AL: Throughout all those teachers that you came in contact with over the years, were there any
that stick out in your mind as having influenced you in any way, or shaped your beliefs or
attitudes?

SB: No, I think I was more influenced by my parents than by anybody else. My mother, on the
educational side, she was a true academic scholar, very bright woman, very articulate, well read,
good writer. And my father the ethnic, political side.

AL: So did your mother have books at home for you, around?

SB: Oh, did she have books. She¡¯s ninety-two years of age, still reads a book a week. She has,
she subscribes to a service at the Library of Congress, large print books, she gets a bag full of
books every two weeks. She was the Rumford library¡¯s busiest, most active customer. Also, she
was a good writer, too. When she was in college she maintained a diary in Latin. She was a
pretty classic scholar. I mean, she used to, that¡¯s how I did so well in Latin because my mother
taught me Latin, you know.

AL: We¡¯ve talked a little bit about some of Muskie¡¯s weaknesses, in terms of his temper. What

do you think will be the lasting thought about Muskie for the state of Maine?

SB: What will be his legacy in my mind? That he changed the political direction of the state in
1954. That he and, he and others, but he was viewed, and was in fact the leader of that effort to
change the Republican domination of the state for several generations. I think that¡¯s, and that,
because that¡¯s first, that¡¯s how I would view him. Secondly, as a United States Senator, he was
very active on environmental issues. Those are the two areas. I don¡¯t think his short tenure as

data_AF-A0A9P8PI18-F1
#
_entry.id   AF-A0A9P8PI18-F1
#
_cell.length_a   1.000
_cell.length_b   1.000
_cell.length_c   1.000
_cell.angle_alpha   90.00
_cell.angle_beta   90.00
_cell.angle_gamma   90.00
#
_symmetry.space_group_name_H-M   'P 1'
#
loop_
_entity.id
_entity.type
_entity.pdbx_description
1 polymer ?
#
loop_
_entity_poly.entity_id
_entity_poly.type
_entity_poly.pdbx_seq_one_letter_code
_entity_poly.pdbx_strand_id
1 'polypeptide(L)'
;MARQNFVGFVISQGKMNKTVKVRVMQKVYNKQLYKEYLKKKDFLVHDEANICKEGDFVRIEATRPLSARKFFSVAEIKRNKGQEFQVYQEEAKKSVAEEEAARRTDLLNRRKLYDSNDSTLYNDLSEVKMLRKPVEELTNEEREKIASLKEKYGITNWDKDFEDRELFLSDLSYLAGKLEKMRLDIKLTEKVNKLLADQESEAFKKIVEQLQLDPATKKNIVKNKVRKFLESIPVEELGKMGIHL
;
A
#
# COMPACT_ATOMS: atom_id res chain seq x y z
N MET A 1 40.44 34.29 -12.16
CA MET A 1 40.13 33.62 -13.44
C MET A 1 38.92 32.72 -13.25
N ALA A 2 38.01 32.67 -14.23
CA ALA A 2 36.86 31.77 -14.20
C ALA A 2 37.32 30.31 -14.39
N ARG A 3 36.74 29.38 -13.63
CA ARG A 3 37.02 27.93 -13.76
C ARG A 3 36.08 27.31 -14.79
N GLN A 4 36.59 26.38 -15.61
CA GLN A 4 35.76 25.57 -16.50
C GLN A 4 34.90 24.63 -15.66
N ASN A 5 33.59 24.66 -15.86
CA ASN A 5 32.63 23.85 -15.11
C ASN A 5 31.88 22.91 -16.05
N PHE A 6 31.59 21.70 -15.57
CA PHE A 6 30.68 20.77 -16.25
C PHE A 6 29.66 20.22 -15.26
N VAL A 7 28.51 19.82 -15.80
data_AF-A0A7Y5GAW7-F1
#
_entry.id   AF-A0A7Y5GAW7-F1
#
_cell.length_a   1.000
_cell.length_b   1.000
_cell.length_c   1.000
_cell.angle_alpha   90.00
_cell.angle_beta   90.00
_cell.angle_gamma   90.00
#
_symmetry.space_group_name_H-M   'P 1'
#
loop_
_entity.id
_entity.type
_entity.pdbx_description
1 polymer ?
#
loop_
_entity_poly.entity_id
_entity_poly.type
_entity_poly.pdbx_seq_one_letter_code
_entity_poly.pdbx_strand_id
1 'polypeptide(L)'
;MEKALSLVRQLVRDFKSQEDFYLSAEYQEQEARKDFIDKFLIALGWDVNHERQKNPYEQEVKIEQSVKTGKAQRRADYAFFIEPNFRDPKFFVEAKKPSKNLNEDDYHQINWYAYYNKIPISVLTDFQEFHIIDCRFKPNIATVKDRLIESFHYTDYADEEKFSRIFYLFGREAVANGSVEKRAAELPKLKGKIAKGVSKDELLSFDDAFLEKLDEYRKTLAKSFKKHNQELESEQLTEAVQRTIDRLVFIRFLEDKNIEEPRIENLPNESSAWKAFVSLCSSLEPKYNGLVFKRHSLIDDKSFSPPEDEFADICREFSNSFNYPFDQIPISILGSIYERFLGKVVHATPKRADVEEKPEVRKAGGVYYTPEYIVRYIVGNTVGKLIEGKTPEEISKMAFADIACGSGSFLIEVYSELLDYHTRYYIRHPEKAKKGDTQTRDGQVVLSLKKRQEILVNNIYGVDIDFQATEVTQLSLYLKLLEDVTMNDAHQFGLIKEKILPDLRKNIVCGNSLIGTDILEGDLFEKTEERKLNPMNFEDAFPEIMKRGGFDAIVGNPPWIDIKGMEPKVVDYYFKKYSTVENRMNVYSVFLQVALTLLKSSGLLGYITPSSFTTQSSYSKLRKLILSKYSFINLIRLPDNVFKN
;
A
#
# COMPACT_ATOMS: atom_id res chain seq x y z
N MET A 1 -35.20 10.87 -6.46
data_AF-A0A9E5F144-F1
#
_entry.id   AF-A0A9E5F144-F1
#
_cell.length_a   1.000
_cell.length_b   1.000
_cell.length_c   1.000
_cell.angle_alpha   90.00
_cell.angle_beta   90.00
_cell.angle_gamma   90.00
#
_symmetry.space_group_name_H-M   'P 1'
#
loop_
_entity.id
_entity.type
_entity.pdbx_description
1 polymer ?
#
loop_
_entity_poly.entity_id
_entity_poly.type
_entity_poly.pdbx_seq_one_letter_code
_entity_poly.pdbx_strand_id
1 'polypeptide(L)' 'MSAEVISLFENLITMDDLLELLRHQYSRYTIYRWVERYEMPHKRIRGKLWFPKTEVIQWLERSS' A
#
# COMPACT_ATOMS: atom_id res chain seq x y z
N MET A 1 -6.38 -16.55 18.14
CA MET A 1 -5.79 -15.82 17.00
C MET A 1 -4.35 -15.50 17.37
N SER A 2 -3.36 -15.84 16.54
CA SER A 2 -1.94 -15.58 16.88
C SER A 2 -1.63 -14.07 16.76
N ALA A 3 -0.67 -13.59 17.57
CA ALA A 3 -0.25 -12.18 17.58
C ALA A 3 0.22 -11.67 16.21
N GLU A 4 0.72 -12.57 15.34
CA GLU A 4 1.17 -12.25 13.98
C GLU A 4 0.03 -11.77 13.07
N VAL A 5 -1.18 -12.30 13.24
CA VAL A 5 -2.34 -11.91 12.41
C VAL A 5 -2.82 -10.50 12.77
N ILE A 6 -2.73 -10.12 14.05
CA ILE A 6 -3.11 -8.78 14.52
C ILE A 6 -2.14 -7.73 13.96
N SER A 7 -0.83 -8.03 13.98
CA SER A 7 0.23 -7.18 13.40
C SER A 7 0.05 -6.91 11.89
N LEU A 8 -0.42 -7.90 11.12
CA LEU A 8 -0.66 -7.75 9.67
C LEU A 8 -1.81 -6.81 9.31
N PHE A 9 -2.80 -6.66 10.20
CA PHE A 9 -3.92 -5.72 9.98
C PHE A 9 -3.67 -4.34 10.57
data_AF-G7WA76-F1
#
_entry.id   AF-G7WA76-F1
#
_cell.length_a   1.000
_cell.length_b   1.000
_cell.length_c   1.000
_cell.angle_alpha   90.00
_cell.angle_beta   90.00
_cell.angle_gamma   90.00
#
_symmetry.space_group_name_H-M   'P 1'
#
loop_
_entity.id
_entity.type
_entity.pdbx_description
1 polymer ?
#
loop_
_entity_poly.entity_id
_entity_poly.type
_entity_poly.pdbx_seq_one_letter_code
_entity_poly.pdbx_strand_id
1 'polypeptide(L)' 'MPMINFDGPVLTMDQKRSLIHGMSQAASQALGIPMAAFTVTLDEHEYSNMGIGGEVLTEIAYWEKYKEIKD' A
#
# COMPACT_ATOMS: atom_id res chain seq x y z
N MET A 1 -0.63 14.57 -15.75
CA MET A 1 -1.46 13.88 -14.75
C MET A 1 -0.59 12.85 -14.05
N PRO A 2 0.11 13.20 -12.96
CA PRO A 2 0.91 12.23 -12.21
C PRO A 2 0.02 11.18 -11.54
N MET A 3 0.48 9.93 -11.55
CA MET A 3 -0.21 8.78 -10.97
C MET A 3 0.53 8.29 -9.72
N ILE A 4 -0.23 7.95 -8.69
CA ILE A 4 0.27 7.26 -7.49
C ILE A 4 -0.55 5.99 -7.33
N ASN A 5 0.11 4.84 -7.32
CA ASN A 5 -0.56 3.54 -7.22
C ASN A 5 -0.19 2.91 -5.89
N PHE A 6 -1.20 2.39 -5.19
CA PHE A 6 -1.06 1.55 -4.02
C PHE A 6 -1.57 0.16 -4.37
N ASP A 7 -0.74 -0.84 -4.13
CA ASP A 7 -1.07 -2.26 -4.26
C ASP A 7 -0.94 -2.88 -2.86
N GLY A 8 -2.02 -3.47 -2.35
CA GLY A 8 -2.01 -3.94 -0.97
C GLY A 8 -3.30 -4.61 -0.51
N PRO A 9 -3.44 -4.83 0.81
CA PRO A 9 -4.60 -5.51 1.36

secretary of state carries any weight with anybody, you know. I don¡¯t think they, I mean, people
have forgotten about it because he wasn¡¯t there long enough to have an impact, make an impact,
do anything that was really dramatic. He played a role in the hostages, the negotiation for
hostages, but he, certainly you have to give him credit for that.

AL: Is there anything I haven¡¯t asked for that you would like to add, that, any sort of connection
that you had with Muskie or that time period that¡¯s important to tell?

SB: No, other than the fact, as I said, when I was chairman and I was active in the ¡®70s
particularly, I used to see him occasionally. But he was not the type of person who would seek
you out. I mean, he felt that he was placed on this earth and people had to serve him. I mean,
the contrast with Mitchell is what you¡¯ve heard so often. When you visited with him in
Washington, he felt burdened, like he was doing you a favor by listening to a constituent. And
that impression, that message was conveyed practically every time you met with him. Although
once you were with him and engaged him in discussion or debate on an issue, then it was
obviously quite enjoyable. But he had that initial resistance, demeanor of his. And why? I
don¡¯t know. But that was his make-up, and you had to deal with it.

AL: Thank you so much for your time.

SB: Glad to do it; glad you came.

End of Interview